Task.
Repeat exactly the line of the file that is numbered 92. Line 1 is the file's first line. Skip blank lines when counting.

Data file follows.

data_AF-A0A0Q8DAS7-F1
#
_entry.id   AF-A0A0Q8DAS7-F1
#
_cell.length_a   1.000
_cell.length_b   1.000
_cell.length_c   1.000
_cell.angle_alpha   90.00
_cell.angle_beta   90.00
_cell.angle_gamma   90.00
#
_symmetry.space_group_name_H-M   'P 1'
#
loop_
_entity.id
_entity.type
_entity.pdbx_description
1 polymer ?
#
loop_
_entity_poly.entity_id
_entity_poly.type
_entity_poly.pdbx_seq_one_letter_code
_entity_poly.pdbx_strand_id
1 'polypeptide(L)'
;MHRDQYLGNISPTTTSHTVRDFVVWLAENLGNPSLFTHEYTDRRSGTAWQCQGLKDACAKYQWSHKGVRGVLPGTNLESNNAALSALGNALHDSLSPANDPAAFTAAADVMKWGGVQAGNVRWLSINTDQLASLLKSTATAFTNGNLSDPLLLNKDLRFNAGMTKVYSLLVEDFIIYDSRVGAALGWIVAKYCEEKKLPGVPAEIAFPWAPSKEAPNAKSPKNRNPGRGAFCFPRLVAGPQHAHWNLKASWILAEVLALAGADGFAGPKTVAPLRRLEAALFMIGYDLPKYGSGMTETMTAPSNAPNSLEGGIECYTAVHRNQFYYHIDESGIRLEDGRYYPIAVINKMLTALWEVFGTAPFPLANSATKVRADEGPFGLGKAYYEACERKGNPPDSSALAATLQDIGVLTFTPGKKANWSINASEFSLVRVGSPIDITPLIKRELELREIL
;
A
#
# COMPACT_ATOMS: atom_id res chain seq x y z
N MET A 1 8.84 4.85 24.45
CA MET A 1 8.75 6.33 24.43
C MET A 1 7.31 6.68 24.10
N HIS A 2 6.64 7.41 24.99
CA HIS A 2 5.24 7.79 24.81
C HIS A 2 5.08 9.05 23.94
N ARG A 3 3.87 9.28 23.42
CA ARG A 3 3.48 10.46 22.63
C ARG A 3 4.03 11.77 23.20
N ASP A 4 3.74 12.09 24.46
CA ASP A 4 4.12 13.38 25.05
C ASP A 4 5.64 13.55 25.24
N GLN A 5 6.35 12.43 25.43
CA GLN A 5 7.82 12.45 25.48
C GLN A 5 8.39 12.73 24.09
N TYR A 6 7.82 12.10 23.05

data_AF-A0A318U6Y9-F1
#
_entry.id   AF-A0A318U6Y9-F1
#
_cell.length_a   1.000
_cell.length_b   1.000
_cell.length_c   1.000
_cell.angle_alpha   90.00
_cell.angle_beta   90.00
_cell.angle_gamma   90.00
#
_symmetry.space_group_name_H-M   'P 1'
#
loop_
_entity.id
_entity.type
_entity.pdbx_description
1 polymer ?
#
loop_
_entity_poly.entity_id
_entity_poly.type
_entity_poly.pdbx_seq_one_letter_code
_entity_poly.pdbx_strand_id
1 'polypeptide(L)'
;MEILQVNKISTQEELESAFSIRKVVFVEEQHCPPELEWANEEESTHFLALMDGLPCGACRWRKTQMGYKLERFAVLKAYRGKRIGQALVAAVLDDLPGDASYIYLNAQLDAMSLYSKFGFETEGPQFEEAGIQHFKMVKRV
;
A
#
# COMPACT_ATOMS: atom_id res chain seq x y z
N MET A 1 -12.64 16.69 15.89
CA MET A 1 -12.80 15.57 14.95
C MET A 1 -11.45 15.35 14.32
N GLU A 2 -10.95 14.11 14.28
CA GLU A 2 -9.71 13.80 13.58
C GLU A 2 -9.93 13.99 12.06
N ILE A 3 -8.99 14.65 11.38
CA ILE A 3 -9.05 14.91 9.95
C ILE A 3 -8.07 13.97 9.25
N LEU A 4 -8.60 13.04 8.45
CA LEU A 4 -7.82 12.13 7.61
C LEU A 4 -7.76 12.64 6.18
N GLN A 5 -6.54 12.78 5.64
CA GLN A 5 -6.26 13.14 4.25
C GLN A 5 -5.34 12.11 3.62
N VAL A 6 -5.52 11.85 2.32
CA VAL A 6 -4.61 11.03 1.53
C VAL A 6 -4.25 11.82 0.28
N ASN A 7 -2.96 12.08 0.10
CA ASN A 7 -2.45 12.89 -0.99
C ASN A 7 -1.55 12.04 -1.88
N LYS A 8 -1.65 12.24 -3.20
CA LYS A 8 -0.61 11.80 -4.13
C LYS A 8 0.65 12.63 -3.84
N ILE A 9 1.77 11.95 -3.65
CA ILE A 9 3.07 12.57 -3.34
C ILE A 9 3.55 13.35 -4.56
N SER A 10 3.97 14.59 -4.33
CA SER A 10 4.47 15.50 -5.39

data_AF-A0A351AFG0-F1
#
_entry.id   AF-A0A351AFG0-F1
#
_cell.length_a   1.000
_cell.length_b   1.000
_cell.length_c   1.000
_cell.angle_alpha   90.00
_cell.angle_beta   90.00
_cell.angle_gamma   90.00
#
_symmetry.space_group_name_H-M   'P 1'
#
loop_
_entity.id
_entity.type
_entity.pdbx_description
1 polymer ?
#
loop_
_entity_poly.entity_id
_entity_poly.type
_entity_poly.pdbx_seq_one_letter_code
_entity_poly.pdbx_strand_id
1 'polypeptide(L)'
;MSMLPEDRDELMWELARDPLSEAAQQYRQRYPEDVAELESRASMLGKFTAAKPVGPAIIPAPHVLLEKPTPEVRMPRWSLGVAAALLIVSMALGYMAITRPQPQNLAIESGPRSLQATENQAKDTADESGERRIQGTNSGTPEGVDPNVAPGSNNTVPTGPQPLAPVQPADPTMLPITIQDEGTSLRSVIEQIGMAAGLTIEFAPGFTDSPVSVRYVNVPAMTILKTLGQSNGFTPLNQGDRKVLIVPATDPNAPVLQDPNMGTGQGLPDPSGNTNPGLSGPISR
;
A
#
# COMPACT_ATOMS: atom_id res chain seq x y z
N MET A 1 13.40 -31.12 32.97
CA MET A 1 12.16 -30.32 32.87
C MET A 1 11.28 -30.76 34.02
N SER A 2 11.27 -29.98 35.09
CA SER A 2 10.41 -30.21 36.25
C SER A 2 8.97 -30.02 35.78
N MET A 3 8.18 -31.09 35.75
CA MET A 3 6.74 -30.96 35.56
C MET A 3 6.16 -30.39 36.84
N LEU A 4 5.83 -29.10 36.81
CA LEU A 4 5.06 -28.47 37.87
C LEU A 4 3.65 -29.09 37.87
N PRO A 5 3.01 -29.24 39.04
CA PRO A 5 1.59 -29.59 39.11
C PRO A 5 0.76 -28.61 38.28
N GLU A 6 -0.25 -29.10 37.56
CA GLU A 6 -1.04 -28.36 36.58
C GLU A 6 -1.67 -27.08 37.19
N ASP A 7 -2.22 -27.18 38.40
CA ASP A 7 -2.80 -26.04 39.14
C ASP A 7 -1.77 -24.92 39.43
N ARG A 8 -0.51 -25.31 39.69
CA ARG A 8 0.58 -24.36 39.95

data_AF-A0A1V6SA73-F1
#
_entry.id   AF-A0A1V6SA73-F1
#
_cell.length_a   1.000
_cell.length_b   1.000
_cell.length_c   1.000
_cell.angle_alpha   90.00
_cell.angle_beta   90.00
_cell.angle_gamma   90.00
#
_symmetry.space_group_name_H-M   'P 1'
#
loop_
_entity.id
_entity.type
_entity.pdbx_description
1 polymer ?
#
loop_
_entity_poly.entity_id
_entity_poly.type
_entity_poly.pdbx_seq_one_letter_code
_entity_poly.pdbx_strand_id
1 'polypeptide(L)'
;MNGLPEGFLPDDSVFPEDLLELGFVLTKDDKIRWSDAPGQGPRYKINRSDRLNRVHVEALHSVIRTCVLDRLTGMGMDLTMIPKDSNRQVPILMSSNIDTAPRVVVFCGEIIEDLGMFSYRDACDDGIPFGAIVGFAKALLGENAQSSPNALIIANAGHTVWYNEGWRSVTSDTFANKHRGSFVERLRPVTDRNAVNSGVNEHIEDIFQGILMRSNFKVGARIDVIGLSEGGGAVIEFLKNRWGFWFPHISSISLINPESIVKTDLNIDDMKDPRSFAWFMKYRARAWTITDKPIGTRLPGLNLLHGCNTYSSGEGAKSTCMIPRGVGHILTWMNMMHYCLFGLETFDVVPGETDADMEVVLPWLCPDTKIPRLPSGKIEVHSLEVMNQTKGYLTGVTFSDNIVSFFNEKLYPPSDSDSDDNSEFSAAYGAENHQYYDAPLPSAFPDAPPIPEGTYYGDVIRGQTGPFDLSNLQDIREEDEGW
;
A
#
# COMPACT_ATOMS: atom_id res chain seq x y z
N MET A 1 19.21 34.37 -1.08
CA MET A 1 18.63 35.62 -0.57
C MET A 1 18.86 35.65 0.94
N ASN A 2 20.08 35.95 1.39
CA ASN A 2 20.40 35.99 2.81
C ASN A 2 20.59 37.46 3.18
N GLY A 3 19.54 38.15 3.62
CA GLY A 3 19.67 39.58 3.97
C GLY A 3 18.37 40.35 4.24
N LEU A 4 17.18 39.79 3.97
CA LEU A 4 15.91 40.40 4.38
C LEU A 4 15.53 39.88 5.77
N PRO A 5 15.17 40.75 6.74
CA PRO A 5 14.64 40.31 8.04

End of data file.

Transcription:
N VAL A 6 -5.52 11.85 2.32